Toxic Algae  Shows Up On Lake Ontario Shoreline in Niagara

Preliminary Tests Indicate The Presence Of Toxins From Blue-Green Algae At Charles Daley Park Beach In Lincoln, Niagara

A News Release from Niagara’s Regional Government in Niagara, Ontario

Posted July 2nd, 2021 on Niagara At Large

Niagara, Ontario – Niagara Region Public Health is advising the public of the likely presence of blue-green algae in the beach area at Charles Daley Park in Lincoln. Preliminary laboratory test results were received on July 2 from the Niagara Region Public Works Environmental Centre indicating the presence of toxin produced by blue-green algae.

This photo shows toxic algae swamping up on shorelines in other regions of our Great Lakes, and was not takey at the Lincoln, Niagara shoreline site. Question is, where is this coming from and what are the sources?

The beach has been closed at this time for the safety of beachgoers. Final laboratory results are expected in the coming days.Blue-green algae was first observed in the pond draining into to the beach on June 29 by Public Health’s staff conducting routine beach water testing as part of Public Health’s daily work to ensure and report on the safety of beaches to Niagara residents and visitors.

Public Health immediately notified the Town of Lincoln and the Ontario Ministry of the Environment, Conservation and Parks (MECP). The beach area was closed to public access and samples were taken to confirm the presence or absence of blue-green algae and/or other toxins impacting the beach.

As seen here, this toxic algae has been killing fish in Lake Erie in recent years – a lake that has been plagued with it. Is Lake Ontario next?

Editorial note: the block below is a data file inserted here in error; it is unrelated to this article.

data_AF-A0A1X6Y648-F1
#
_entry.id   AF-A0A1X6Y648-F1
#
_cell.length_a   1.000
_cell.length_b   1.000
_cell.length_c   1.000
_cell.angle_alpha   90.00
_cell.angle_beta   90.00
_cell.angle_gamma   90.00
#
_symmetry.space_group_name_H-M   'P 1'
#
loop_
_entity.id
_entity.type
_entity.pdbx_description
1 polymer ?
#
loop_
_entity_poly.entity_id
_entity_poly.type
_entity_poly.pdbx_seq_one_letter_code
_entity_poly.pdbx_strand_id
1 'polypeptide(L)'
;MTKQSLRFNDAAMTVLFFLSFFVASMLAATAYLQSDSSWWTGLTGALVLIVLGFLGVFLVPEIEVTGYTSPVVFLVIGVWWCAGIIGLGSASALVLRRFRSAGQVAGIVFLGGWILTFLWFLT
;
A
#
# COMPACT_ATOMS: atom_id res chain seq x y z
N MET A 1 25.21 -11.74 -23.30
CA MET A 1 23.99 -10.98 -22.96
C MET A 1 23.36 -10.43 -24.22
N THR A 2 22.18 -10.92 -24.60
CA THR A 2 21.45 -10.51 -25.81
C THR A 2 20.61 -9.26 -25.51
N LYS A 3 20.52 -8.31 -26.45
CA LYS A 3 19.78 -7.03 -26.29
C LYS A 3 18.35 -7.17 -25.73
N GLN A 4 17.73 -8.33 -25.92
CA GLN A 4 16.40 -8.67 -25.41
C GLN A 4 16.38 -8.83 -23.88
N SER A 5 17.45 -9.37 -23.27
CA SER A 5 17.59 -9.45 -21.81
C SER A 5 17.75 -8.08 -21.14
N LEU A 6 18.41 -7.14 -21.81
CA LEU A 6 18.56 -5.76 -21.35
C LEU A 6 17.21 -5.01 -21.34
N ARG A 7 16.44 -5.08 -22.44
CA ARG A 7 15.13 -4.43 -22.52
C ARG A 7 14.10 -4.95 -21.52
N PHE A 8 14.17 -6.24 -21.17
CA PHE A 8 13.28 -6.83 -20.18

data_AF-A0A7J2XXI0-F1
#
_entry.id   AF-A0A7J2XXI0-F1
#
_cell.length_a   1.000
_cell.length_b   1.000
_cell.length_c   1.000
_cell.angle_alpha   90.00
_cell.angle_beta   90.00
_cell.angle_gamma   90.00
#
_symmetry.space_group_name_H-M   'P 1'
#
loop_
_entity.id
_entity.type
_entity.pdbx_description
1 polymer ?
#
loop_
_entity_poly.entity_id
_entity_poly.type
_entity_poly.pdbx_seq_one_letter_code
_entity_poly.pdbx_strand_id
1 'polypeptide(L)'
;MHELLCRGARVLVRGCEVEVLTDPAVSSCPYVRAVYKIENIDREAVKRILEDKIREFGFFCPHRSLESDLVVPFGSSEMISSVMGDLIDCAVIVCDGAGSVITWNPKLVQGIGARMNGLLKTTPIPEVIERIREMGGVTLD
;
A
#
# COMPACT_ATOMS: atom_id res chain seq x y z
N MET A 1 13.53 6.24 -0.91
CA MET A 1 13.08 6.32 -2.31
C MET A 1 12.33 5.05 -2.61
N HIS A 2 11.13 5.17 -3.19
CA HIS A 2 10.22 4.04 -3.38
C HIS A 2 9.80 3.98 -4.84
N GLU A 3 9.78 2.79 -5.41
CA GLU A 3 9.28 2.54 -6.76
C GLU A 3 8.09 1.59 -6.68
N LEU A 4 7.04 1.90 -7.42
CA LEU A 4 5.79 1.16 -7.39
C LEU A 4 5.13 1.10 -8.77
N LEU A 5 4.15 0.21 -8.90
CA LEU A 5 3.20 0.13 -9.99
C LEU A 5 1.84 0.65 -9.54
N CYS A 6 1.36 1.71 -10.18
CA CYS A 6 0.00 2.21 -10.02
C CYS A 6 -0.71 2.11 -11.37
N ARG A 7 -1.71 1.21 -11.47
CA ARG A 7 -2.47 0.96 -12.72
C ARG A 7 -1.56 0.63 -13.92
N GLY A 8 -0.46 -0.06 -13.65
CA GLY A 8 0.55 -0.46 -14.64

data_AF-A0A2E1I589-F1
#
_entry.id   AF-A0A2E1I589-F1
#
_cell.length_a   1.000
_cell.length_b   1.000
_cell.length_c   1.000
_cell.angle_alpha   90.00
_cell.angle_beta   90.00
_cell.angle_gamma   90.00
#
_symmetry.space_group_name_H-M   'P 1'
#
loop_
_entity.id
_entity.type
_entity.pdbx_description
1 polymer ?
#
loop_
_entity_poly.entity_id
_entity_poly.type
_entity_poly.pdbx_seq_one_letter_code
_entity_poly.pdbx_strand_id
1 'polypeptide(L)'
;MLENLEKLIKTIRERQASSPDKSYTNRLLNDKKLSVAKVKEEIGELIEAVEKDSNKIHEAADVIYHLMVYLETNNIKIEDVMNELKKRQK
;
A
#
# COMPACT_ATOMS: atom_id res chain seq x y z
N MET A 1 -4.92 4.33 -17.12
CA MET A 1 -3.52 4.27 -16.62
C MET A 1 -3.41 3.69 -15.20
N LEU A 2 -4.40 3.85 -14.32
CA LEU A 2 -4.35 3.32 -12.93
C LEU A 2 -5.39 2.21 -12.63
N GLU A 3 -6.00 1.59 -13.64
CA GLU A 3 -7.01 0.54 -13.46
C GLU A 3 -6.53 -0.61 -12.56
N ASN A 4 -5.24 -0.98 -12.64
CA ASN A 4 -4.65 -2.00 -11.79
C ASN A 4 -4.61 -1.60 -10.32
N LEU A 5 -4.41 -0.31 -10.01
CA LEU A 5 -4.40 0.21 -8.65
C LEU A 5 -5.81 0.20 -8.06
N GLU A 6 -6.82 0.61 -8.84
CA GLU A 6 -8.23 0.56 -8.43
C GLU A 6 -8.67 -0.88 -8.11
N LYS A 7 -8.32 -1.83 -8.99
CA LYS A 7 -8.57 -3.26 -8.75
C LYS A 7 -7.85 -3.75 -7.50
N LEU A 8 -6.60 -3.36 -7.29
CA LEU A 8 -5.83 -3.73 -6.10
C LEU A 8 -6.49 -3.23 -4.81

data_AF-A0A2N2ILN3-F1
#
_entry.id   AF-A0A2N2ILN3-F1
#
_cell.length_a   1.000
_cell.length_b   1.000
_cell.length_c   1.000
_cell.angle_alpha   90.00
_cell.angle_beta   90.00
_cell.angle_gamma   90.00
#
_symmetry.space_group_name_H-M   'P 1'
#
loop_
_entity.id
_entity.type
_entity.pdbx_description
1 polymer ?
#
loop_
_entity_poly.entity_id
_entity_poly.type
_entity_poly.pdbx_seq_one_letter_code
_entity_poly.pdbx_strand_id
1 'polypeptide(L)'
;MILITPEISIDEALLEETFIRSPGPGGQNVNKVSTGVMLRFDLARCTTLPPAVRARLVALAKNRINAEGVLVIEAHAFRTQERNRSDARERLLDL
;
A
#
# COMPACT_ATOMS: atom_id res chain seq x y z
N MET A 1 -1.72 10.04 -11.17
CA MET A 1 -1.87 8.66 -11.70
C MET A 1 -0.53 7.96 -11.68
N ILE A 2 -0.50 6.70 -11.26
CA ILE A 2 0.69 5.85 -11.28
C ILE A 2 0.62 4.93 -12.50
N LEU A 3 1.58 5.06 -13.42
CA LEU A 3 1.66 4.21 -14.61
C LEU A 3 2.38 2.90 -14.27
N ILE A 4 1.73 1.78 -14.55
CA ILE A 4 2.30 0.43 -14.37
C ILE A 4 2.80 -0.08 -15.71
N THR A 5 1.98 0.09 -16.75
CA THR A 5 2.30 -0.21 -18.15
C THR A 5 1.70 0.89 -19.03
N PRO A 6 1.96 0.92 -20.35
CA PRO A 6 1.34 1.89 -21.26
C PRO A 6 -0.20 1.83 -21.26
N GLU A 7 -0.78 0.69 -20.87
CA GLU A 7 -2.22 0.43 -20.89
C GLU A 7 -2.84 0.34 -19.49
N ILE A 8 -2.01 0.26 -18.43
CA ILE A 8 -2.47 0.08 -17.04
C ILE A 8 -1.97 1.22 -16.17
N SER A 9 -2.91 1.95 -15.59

Blue-green algae are microscopic, plant-like organisms that occur naturally in ponds, rivers, lakes and streams, and although often blue-green in colour, the algae can also be olive-green or red. Residents are advised to be cautious around blue-green algae as some can produce toxins which may be harmful to humans who drink, fish or bathe in the water.

Should a blue-green algal bloom occur, people can protect themselves and their pets by not swimming or playing in areas where water is discoloured or where foam, scum or mats of algae on the water’s surface are present. Children or pets should not play in or drink water in areas where a beach advisory posted.

Consuming fish from areas where mats of algae are present or where a swimming advisory is posted is also not advisable.

In order to determine if the beach can safely be re-opened, ongoing testing is taking place. When the beach is safe to re-open, the status will be updated onPublic Health’s beach water testing webpage <>.

For more information about blue-green algae or Niagara’s beach water testing program visit <>.

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“A Politician Thinks Of The Next Election. A Leader Thinks Of The Next Generation.” – Bernie Sanders


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